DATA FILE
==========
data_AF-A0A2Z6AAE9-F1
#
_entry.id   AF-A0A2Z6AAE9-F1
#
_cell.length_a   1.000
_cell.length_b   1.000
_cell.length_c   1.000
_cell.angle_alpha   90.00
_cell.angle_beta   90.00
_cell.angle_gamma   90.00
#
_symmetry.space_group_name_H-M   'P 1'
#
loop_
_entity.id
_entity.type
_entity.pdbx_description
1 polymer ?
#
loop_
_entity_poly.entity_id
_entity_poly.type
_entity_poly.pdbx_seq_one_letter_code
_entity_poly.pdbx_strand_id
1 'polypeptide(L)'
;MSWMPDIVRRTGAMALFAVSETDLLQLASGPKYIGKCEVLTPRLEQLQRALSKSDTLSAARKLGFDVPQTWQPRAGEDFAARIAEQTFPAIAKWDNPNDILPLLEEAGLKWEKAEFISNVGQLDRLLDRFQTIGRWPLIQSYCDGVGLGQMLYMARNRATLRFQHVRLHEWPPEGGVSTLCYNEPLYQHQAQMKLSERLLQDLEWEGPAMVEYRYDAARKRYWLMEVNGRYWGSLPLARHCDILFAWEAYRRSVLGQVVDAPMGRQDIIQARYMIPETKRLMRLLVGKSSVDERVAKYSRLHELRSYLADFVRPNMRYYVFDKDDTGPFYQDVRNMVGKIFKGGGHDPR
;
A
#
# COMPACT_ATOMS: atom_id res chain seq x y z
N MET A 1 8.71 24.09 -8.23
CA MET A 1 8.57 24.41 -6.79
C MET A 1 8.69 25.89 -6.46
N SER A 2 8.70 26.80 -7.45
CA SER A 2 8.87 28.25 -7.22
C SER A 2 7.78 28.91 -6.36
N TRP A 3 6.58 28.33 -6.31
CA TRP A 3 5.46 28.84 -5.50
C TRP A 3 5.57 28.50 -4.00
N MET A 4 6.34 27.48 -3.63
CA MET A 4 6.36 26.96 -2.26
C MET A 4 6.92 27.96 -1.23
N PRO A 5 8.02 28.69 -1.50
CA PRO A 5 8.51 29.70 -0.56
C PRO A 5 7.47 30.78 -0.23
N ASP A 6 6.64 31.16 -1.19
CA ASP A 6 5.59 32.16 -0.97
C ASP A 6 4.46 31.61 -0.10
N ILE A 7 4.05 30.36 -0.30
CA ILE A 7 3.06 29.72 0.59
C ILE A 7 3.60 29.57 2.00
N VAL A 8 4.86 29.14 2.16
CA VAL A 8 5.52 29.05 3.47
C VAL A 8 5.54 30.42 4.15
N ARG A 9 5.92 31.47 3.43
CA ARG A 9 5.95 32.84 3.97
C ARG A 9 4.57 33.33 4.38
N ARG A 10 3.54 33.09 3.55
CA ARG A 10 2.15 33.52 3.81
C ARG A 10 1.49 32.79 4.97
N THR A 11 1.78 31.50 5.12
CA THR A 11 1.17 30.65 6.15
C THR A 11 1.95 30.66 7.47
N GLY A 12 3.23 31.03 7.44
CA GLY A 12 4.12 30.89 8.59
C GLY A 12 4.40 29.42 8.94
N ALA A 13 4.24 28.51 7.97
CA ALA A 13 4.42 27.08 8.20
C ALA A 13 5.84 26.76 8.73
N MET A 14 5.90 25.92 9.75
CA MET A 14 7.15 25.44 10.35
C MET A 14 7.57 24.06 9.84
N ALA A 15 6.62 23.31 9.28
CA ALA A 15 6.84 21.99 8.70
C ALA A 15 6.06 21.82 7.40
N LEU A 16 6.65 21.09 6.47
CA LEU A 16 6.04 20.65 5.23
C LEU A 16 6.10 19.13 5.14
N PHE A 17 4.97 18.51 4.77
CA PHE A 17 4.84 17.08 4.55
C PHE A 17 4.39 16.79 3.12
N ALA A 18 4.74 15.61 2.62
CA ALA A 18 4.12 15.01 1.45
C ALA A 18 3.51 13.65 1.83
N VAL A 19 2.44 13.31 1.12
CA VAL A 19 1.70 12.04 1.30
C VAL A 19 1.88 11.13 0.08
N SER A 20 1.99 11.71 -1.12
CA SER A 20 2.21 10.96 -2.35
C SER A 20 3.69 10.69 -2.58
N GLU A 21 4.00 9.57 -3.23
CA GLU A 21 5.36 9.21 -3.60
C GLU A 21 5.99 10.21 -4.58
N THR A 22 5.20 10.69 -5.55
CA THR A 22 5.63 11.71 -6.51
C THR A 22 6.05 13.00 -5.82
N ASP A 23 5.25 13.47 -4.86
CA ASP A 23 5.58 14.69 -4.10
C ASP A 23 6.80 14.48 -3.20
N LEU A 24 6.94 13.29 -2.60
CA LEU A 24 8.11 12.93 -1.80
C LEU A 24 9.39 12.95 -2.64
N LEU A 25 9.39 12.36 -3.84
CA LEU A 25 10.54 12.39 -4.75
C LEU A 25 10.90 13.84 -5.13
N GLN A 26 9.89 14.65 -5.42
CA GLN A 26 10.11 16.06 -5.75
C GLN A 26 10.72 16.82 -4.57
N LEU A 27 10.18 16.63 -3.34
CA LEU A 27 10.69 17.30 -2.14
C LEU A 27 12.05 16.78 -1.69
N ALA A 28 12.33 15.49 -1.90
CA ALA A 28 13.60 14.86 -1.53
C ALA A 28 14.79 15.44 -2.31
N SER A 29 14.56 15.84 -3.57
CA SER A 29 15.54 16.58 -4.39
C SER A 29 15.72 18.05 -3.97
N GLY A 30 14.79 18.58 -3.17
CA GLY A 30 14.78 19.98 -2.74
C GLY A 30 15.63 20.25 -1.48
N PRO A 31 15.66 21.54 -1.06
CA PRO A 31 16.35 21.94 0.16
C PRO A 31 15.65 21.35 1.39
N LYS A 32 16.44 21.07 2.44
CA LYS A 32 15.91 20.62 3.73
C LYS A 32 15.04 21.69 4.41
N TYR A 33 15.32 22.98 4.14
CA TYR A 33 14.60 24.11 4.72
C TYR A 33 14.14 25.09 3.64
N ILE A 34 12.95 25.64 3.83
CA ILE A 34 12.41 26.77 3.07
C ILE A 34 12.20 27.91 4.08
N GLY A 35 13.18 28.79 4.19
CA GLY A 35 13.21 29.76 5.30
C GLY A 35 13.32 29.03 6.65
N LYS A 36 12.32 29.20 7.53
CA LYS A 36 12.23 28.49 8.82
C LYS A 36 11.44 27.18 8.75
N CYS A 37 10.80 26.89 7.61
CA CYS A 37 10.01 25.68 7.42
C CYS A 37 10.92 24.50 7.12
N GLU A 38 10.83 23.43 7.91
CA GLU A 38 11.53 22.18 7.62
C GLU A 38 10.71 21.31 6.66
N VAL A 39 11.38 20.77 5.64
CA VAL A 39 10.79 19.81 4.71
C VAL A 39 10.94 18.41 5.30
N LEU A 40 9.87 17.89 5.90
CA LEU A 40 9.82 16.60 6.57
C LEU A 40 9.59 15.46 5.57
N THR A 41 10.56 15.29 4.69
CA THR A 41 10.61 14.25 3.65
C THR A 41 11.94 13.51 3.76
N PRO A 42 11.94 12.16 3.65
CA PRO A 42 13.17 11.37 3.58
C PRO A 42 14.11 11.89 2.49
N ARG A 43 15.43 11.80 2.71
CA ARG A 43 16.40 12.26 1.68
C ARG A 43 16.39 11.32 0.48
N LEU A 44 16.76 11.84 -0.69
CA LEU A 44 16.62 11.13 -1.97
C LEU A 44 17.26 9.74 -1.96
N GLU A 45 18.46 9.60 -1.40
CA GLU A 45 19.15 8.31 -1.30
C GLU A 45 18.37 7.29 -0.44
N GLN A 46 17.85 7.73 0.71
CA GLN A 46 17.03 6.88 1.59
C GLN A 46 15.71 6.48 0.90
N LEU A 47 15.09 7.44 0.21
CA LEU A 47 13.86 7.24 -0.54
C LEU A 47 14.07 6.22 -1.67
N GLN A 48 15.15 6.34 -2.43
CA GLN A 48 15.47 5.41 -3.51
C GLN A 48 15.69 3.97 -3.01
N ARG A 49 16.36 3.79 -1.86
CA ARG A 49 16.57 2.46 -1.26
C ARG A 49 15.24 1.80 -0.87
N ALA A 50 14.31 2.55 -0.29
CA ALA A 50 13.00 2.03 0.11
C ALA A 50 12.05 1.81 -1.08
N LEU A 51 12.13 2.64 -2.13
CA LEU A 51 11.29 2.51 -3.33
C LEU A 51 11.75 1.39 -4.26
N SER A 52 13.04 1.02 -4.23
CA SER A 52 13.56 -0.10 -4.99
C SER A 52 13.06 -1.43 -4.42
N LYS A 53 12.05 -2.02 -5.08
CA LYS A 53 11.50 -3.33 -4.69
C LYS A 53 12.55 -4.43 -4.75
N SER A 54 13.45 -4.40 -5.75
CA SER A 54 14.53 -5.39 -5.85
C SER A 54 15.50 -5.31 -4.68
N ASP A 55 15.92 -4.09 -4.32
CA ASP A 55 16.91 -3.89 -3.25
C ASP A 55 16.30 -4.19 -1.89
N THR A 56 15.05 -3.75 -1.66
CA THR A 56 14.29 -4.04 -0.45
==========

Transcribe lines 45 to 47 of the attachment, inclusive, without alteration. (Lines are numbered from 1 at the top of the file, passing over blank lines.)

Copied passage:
C PRO A 5 7.47 30.78 -0.23
N ASP A 6 6.64 31.16 -1.19
CA ASP A 6 5.59 32.16 -0.97